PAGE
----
Well, what the heck was that?
The Detroit Lions opened with a strange, confusing game that offered hope of progress and the reality that this team is a long way away.
“We let this one slip away,” Lions quarterback Jared Goff said after the Philadelphia Eagles’ 38-35 victory Sunday.
Did we see discipline? No. We saw mistakes and dropped passes and blown opportunities and bonehead penalties, which was concerning.
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“Just some self-inflicted wounds,” coach Dan Campbell said.
Yes, we’ve heard that around here a few times — over the past 65 years or so.
So you could say: Same old …
Then again, they only lost by three points to a darn good team, a playoff participant last season and a contender this one.
So that felt different and new.
Did we see a well-oiled machine? Yes and no.
At times, the Lions’ offense was rolling, creating massive holes, running hard, fighting back and putting up a noteworthy 35 points.
We also saw a passing attack that sputtered and disappointed. This game was an offensive donut, with a middle filled with nothing but empty three-and-outs.
“There was a couple of hiccups there,” Campbell said.
Did we see an improved defense? Ah … no.
The Eagles ran for 216 yards — and the Lions’ defense is ultimately what is going to hold this team back. In the end, it couldn’t get the stop it needed the most.
We saw how a mobile quarterback can make a pass rush look silly — no matter how many resources you put into a defensive line. At one point, it seemed as if the only time the Lions actually touched Jalen Hurts was on late hits.
“He’s very slick,” rookie linebacker Malcom Rodriguez said.
Ultimately, there is only one question that hangs over this franchise: Did we see reason for hope?
That’s where this gets tricky.
There were good things — mainly how D’Andre Swift ripped off 144 yards.
“I feel like we left a lot out there,” Swift said. “Too many third (downs), three-and-outs. We just let it slip away from us.”
But there were so many mistakes — both from the players and in the coaches’ decisions — that it looked like a dress rehearsal gone bad. “I was proud at how we fought our way back, but we got a lot to clean up,” Campbell said.
I suppose that’s the optimistic way of looking at it.
Assuming this can be fixed. Especially that defense. And I’m not so sure about that.
A different feeling for the fans
Now, here’s the crazy thing.
Before the game, everything felt different. A group of Lions fans huddled outside Ford Field, heckling Philadelphia fans, talking trash. It was fun as heck to listen to. There was an electricity on the streets. And the noise in Ford Field, featuring a sellout crowd, was deafening.
Over the past few years, any noise in Ford Field felt manufactured, like it was being pumped through the speakers.
But this felt real.
This was “on your feet, scream your brains out” enthusiasm.
It’s the Dan Campbell effect — a ripple from HBO’s “Hard Knocks.”
Everybody just wants to believe.
And when the Lions took a quick lead, I thought: This is what a home playoff game would sound like.
But the Eagles responded by scoring three straight touchdowns and it was like reality hit the crowd; all the emotion was sucked out of Ford Field, in such a familiar way.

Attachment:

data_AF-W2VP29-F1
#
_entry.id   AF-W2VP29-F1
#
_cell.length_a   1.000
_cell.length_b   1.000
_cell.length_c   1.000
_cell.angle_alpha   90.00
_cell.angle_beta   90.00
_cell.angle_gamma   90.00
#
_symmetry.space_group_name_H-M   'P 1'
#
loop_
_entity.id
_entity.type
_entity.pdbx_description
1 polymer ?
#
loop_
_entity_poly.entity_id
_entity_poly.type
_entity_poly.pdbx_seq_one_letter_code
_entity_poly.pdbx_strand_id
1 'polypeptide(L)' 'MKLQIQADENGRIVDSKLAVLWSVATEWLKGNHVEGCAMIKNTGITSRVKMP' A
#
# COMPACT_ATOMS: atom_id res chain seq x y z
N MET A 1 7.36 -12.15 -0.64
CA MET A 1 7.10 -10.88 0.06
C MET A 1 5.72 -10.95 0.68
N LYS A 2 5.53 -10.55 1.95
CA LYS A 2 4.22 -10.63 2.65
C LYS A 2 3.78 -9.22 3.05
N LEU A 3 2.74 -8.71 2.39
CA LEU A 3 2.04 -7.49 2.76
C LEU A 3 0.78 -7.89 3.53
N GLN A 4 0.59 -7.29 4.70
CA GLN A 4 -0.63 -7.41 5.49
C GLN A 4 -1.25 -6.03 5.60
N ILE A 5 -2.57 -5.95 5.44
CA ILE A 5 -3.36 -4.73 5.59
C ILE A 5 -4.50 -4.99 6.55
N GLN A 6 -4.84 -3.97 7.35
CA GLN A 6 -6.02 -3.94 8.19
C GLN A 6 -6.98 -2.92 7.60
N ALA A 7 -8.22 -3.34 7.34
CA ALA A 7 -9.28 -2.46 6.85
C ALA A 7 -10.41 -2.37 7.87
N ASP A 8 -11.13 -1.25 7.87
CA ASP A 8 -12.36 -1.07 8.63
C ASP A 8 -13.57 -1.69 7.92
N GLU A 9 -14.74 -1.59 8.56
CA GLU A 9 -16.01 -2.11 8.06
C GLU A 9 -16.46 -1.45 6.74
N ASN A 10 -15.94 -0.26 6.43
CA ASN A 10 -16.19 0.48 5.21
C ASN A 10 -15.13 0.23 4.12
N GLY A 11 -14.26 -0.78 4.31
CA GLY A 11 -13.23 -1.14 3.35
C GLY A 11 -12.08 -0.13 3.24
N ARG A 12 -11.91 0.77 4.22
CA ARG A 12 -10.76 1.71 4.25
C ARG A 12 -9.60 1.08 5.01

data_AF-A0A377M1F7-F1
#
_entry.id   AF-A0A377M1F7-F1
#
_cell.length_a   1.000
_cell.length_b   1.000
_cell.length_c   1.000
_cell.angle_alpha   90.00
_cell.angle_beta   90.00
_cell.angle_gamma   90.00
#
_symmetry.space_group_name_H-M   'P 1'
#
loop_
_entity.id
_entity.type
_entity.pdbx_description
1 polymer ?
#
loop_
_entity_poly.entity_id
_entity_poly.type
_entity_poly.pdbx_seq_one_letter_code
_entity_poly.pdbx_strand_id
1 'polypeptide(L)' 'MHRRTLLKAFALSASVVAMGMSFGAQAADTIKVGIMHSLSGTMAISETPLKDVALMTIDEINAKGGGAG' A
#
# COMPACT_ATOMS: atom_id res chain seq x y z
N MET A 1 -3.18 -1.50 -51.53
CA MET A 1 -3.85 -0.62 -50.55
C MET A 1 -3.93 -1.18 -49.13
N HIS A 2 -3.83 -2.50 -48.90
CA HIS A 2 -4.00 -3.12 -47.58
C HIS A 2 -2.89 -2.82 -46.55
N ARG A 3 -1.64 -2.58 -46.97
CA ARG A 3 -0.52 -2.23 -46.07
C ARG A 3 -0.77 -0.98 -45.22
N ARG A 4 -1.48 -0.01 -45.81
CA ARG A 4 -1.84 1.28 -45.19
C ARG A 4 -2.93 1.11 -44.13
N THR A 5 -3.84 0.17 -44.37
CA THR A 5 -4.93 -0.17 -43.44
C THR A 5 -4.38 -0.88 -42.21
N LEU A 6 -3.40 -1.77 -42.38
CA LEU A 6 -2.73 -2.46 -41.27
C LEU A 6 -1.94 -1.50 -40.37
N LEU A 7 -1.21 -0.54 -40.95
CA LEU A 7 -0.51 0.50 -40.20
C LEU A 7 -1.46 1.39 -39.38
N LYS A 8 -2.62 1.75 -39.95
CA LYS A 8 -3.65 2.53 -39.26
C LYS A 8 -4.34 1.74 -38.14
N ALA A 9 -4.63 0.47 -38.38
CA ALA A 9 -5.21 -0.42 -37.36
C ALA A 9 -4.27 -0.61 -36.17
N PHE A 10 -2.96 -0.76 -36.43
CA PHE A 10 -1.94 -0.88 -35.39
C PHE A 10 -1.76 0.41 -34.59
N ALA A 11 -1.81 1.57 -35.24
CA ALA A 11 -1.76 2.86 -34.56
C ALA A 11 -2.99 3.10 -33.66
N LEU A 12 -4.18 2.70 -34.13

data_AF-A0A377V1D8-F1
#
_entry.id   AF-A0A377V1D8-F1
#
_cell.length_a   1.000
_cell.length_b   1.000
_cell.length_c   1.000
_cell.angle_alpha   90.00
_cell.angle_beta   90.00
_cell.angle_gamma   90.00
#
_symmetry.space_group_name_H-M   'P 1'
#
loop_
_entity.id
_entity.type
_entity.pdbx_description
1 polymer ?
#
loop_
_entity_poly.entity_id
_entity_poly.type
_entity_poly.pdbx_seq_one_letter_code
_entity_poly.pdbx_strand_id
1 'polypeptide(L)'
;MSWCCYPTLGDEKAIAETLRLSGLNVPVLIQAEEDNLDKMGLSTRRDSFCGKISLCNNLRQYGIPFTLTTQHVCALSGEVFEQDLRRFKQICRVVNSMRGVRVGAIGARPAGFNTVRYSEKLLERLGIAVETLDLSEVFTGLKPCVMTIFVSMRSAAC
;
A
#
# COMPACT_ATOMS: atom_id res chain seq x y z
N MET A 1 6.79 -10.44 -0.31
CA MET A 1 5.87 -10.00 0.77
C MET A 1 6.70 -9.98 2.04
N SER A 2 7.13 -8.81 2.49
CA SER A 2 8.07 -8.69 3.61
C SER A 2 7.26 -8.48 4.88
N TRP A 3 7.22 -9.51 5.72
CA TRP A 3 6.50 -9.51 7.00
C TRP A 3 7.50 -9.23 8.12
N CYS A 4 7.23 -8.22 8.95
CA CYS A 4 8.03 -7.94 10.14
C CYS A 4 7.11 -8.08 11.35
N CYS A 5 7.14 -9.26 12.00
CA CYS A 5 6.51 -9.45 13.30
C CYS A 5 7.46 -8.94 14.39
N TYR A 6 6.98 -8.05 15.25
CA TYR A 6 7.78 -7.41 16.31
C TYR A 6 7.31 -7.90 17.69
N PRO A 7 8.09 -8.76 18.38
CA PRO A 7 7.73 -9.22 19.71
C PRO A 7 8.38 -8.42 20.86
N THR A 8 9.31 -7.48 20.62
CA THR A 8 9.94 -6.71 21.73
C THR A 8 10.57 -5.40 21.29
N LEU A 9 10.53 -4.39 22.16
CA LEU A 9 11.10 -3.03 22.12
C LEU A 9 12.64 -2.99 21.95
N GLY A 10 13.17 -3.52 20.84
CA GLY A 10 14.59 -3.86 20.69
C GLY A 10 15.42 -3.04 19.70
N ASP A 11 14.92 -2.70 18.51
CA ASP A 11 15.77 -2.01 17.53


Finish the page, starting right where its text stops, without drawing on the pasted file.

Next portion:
Don’t rush to judgment
And then … wait a second. This team fought back. It made it close. It made it even more interesting.
So what was that?
“We had a chance at the end and couldn’t close it out,” Campbell said.
You can believe him or mock him.
Or take my approach: Just wait to make a judgement.
Don’t overreact, either way, to this game. Because it was all over the map.
Good play, horrible play. Improvement and digression and fight.
Make no mistake, Goff has to be better; he has to be more consistent and get onto the same page with his receivers.
“First day stuff,” he said.
Actually, it seems like more than 60 years of first days around here.
And the Lions have to be smarter and more disciplined.
“I just let my team down,” defensive back Tracy Walker said about his ejection after double unsportsmanlike conduct penalties. “Me, as a team captain, I’ve just got to be better. I was hot-headed at the moment, and like I said, I’ve just got to make better decisions at the end of the day.”
But most of all, they just have to be better across the board; those rookies have to grow up in a hurry.
“Listen here, he’ll be better next week,” Campbell said of No. 2 overall pick Aidan Hutchinson, who didn’t make much of an impact on the defensive line. “He needed this and they all needed it. Most rookies, that’s the way it goes, you get into your first game and it’s just a little different. And look, I’ve got to watch the tape, but I know that he’ll be better next week than he was this week. And so will Rodriguez and so will all those rookies — so will (safety) Kerby (Joseph). And so — that’s just nature of the game.”
I keep reminding myself: This is a work in progress. Not a finished product.
I saw reason for hope. And I saw reasons why this team is no different than any other Lions team.
“The good news is that we didn’t play very well and we lost by three,” Campbell said. “That’s what you can take away from this.”
Which is different, I suppose. And yet, it felt familiar.
So I’m not sold either way. And I walked away confused.
Because I’m still not sure what this team is.
Or what it could become.